Children consume more when tonsils are taken out.

But what good does it do to know that? Should the parents of an obese child feel guilty about consenting to the removal of tonsils, several years in the past? What choice was there? Who were we to disagree with the otolaryngologists?

Parents don’t want to think about things like food addiction, and how tubby their kids are getting, because they are tired of being blamed for things they can’t help. Of course the kids don’t like certain life situations either, like being dragged around from pillar to post, or having to change schools, because of circumstances they had nothing to do with creating. Divorce, for instance. Kids get all stressed out, and the comfort eating kicks in.

After a long night at one of her two jobs, the last thing a single mom wants to relax with is an article titled “How Divorce & Single Parenting Causes Your Child To Overeat.” The children of single mothers are more likely to be obese, and Dr. Richard Lipman explains exactly why. He has an interesting philosophy that deserves attention:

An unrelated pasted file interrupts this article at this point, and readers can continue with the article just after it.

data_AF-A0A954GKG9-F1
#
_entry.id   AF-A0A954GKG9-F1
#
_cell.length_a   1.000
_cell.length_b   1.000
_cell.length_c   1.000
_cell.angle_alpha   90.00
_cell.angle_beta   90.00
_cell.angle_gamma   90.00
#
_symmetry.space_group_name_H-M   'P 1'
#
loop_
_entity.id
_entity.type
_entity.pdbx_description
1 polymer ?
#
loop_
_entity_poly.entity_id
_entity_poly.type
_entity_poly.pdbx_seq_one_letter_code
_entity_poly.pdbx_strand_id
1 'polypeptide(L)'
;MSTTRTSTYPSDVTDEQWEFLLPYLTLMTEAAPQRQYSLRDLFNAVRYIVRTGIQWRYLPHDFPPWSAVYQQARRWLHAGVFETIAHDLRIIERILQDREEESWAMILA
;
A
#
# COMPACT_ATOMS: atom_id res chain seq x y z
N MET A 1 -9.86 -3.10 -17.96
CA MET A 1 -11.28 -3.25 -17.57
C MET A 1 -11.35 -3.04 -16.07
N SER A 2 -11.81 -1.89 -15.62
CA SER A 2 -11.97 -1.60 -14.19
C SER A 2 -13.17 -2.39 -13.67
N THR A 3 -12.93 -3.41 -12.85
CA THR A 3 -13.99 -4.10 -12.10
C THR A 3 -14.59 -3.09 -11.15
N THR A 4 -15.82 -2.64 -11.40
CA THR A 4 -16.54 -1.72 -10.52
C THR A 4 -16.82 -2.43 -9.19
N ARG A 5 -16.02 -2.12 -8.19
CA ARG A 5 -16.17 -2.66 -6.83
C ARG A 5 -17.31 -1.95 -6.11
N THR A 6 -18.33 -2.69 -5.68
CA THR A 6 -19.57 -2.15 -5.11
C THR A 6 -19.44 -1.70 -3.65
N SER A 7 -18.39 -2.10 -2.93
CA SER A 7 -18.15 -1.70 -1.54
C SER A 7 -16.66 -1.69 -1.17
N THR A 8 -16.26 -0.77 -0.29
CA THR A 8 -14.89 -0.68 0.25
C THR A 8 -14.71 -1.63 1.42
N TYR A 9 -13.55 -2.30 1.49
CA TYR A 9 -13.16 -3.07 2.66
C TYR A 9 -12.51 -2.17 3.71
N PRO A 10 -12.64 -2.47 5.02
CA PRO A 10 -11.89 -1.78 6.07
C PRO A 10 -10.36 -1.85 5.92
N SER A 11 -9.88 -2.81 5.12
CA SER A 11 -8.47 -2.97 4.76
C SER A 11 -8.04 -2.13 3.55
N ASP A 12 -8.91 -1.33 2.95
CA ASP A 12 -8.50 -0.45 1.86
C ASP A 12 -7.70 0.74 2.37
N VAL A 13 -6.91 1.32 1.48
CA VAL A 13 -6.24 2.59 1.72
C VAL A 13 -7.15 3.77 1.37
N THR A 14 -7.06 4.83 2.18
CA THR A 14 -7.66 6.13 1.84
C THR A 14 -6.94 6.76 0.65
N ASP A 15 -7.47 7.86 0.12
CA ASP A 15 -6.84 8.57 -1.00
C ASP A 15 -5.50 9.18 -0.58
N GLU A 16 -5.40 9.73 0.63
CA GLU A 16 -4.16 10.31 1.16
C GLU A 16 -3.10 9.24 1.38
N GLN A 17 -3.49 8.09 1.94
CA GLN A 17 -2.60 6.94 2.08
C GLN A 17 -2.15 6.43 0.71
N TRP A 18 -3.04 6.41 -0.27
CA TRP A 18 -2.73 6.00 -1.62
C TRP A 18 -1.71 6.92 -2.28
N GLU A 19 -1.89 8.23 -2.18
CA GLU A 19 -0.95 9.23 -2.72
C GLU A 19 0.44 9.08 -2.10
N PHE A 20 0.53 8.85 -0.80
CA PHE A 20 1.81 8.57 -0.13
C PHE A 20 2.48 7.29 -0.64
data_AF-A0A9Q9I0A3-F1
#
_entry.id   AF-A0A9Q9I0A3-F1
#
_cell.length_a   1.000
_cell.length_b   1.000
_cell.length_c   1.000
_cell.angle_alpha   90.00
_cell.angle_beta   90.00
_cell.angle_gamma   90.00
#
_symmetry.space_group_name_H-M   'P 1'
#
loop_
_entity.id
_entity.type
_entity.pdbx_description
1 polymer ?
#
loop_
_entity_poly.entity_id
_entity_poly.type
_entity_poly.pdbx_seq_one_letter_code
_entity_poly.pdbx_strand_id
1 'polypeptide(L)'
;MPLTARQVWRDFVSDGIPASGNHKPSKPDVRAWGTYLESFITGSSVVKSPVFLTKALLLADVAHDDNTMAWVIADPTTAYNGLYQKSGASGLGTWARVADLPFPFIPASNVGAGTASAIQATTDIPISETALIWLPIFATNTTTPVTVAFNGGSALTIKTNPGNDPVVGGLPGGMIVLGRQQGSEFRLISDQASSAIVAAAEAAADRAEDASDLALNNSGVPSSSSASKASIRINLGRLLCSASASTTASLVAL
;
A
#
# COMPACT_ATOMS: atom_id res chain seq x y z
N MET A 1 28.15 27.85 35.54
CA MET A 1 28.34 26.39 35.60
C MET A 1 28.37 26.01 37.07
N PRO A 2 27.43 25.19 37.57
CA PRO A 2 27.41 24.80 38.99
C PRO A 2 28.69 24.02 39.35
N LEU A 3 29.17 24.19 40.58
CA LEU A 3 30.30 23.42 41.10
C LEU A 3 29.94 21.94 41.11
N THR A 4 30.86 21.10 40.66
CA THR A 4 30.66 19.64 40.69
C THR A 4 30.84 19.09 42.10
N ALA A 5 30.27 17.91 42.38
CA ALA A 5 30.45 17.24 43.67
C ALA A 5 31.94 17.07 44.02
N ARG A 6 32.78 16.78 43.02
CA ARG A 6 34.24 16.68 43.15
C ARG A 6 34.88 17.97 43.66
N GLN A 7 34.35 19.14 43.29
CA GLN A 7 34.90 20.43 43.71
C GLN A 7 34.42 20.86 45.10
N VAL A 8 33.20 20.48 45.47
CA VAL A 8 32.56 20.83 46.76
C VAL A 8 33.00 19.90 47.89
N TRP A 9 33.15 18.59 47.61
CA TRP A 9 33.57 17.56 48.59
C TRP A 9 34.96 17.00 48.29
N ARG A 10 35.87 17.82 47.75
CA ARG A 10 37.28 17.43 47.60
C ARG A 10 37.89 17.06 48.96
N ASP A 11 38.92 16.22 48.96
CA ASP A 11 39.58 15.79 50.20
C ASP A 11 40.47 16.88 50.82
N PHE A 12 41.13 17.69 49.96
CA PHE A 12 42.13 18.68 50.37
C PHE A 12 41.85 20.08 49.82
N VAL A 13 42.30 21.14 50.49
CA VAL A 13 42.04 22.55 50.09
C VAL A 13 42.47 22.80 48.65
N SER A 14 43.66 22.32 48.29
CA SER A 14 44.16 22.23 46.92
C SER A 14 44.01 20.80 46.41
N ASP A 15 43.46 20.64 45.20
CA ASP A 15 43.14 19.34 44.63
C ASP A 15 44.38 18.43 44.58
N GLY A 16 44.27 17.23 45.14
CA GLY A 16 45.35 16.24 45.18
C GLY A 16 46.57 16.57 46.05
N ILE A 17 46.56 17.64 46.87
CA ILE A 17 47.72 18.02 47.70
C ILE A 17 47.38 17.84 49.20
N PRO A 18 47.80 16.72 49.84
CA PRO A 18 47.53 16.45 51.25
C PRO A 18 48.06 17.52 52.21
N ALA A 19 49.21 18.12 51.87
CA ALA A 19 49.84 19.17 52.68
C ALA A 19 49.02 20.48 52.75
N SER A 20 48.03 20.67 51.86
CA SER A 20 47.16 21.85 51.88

Having an overweight child or teen trying to eat different food from the rest of the family never works. His motto is, ‘everyone can eat healthier, normal or overweight.’

And, of course, “The Longer Mom Works, the More Overweight the Kids” (hyperlink is ours), as we are told by The Huffington Post and a very large number of other news sources that are anxious to announce the negative effects of maternal employment, and really rub it in. This is another part of the Childhood Obesity Perfect Storm. Maybe if not for so many other adverse factors, working mothers alone could not have accounted for even a small epidemic. But, as Dr. Pretlow points out, most parents today are too busy to cook healthy food. Also, as the Nurturing Nutritionist has mentioned, latchkey kids who have to stay in until their parents get home from work are very prone to boredom eating.

But even as parents realize how harmful our working at jobs can be, we are pretty sure that unemployment would lead to even worse results. So what can we do? Not think about it!

Your responses and feedback are welcome!